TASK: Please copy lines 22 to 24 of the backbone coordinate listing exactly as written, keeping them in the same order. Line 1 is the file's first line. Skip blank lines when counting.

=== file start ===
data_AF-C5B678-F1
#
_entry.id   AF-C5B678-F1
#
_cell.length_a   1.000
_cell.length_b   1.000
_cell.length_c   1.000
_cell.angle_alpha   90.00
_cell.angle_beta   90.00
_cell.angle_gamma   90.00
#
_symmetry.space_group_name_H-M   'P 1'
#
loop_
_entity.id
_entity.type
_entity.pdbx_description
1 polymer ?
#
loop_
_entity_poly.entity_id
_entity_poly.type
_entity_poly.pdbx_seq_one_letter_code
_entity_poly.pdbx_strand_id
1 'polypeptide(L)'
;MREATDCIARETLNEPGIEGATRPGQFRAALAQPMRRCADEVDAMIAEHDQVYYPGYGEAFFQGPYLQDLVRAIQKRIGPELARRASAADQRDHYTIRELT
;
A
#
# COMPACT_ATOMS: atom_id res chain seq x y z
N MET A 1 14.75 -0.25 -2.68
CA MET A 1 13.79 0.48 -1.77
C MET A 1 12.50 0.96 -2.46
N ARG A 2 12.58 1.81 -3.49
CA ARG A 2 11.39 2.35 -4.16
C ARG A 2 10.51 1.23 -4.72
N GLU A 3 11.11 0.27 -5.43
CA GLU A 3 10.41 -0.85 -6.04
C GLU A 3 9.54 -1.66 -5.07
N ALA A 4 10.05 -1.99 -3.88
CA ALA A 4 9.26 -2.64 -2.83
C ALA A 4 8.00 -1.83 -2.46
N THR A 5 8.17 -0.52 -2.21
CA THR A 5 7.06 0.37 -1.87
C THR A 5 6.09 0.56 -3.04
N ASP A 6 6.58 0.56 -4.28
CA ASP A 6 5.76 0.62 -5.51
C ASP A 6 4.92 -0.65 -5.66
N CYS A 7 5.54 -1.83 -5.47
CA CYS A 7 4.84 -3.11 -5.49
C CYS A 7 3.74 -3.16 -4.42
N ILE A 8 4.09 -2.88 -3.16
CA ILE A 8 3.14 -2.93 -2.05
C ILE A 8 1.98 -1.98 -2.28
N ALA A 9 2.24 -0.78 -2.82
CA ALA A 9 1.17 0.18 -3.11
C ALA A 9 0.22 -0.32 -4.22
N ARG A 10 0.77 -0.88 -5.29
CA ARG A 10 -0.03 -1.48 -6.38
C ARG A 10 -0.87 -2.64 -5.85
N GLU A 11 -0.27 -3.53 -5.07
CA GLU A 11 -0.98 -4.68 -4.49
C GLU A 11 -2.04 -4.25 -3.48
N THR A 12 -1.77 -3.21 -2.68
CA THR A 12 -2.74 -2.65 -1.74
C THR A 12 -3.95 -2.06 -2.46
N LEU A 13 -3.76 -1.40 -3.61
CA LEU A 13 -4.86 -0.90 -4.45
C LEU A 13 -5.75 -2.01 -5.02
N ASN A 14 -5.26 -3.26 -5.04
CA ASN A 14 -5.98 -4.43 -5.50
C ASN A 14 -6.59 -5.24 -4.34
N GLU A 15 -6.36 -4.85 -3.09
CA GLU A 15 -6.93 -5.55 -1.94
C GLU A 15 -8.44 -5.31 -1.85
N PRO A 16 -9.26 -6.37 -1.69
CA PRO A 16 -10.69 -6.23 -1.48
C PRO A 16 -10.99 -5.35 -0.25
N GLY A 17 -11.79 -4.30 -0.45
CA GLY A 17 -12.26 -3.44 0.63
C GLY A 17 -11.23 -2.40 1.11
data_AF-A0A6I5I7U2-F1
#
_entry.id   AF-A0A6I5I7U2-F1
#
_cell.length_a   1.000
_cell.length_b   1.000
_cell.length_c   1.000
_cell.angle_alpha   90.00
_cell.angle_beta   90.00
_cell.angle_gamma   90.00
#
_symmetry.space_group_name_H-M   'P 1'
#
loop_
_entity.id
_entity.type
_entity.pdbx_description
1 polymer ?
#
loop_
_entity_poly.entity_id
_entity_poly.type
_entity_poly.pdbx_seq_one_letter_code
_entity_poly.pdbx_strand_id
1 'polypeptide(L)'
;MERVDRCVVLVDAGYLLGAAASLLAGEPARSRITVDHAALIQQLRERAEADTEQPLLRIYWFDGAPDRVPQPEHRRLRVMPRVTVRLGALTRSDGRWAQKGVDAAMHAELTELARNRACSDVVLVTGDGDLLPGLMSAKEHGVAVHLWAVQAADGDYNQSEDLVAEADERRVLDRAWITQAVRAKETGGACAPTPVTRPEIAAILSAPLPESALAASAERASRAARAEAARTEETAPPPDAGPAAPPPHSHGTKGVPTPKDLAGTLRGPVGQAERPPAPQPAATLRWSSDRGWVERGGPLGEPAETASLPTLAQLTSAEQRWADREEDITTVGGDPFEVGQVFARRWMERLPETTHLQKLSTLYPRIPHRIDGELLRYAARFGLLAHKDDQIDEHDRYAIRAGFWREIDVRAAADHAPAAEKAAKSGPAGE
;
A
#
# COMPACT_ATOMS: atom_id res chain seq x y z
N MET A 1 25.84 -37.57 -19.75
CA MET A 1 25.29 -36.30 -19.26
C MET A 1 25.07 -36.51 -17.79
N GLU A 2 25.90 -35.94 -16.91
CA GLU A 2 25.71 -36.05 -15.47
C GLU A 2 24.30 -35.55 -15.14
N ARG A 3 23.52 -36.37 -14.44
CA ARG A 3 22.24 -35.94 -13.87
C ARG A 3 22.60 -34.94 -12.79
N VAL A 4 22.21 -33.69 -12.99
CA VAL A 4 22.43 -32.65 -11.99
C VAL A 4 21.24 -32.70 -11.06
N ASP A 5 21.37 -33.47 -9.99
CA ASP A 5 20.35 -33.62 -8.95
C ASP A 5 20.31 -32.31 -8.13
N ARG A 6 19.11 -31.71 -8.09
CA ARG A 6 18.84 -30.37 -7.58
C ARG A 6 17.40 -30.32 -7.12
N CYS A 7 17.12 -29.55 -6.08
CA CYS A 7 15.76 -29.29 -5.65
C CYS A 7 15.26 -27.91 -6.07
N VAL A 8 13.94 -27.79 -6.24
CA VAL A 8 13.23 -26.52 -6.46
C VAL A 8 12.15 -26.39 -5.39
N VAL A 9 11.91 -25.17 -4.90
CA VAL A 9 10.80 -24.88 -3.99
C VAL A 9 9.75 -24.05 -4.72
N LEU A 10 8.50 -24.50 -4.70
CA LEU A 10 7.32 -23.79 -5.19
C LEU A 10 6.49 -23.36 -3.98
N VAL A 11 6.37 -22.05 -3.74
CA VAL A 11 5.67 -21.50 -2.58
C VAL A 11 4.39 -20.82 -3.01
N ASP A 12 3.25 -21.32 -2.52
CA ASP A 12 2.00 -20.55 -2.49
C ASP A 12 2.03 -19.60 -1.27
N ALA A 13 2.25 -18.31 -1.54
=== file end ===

_entity_poly.type
_entity_poly.pdbx_seq_one_letter_code
_entity_poly.pdbx_strand_id